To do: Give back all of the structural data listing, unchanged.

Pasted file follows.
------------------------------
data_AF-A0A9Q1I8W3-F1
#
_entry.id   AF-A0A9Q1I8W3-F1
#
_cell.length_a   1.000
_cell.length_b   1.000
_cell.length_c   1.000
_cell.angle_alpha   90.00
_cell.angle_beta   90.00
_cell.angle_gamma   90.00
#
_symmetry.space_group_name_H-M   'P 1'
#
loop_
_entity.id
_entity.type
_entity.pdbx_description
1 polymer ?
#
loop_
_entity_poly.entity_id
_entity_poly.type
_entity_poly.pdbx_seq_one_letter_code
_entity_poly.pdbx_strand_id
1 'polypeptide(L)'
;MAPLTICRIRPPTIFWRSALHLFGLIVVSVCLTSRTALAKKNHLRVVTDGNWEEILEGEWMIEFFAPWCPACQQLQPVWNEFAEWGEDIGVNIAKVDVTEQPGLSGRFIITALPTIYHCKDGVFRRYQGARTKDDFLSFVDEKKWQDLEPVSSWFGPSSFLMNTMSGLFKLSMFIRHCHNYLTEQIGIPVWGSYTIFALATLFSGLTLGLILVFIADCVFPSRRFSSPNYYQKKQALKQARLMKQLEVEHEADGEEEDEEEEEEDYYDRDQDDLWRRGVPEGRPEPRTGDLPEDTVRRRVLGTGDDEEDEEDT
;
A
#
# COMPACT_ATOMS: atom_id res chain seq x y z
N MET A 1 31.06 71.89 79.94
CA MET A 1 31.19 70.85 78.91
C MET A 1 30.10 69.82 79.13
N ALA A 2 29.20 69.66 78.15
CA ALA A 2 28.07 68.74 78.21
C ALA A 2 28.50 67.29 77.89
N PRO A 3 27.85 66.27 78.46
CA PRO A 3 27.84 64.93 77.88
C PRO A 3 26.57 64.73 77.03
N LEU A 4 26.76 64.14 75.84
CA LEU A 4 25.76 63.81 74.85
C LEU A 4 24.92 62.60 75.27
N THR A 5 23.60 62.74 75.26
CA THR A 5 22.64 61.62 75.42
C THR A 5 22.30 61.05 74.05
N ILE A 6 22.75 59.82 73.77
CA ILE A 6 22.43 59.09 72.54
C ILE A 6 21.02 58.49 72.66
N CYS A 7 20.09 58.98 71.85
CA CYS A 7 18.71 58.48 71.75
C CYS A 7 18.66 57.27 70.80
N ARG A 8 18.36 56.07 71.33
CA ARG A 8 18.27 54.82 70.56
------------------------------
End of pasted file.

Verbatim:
data_AF-A0A9Q1I8W3-F1
#
_entry.id   AF-A0A9Q1I8W3-F1
#
_cell.length_a   1.000
_cell.length_b   1.000
_cell.length_c   1.000
_cell.angle_alpha   90.00
_cell.angle_beta   90.00
_cell.angle_gamma   90.00
#
_symmetry.space_group_name_H-M   'P 1'
#
loop_
_entity.id
_entity.type
_entity.pdbx_description
1 polymer ?
#
loop_
_entity_poly.entity_id
_entity_poly.type
_entity_poly.pdbx_seq_one_letter_code
_entity_poly.pdbx_strand_id
1 'polypeptide(L)'
;MAPLTICRIRPPTIFWRSALHLFGLIVVSVCLTSRTALAKKNHLRVVTDGNWEEILEGEWMIEFFAPWCPACQQLQPVWNEFAEWGEDIGVNIAKVDVTEQPGLSGRFIITALPTIYHCKDGVFRRYQGARTKDDFLSFVDEKKWQDLEPVSSWFGPSSFLMNTMSGLFKLSMFIRHCHNYLTEQIGIPVWGSYTIFALATLFSGLTLGLILVFIADCVFPSRRFSSPNYYQKKQALKQARLMKQLEVEHEADGEEEDEEEEEEDYYDRDQDDLWRRGVPEGRPEPRTGDLPEDTVRRRVLGTGDDEEDEEDT
;
A
#
# COMPACT_ATOMS: atom_id res chain seq x y z
N MET A 1 31.06 71.89 79.94
CA MET A 1 31.19 70.85 78.91
C MET A 1 30.10 69.82 79.13
N ALA A 2 29.20 69.66 78.15
CA ALA A 2 28.07 68.74 78.21
C ALA A 2 28.50 67.29 77.89
N PRO A 3 27.85 66.27 78.46
CA PRO A 3 27.84 64.93 77.88
C PRO A 3 26.57 64.73 77.03
N LEU A 4 26.76 64.14 75.84
CA LEU A 4 25.76 63.81 74.85
C LEU A 4 24.92 62.60 75.27
N THR A 5 23.60 62.74 75.26
CA THR A 5 22.64 61.62 75.42
C THR A 5 22.30 61.05 74.05
N ILE A 6 22.75 59.82 73.77
CA ILE A 6 22.43 59.09 72.54
C ILE A 6 21.02 58.49 72.66
N CYS A 7 20.09 58.98 71.85
CA CYS A 7 18.71 58.48 71.75
C CYS A 7 18.66 57.27 70.80
N ARG A 8 18.36 56.07 71.33
CA ARG A 8 18.27 54.82 70.56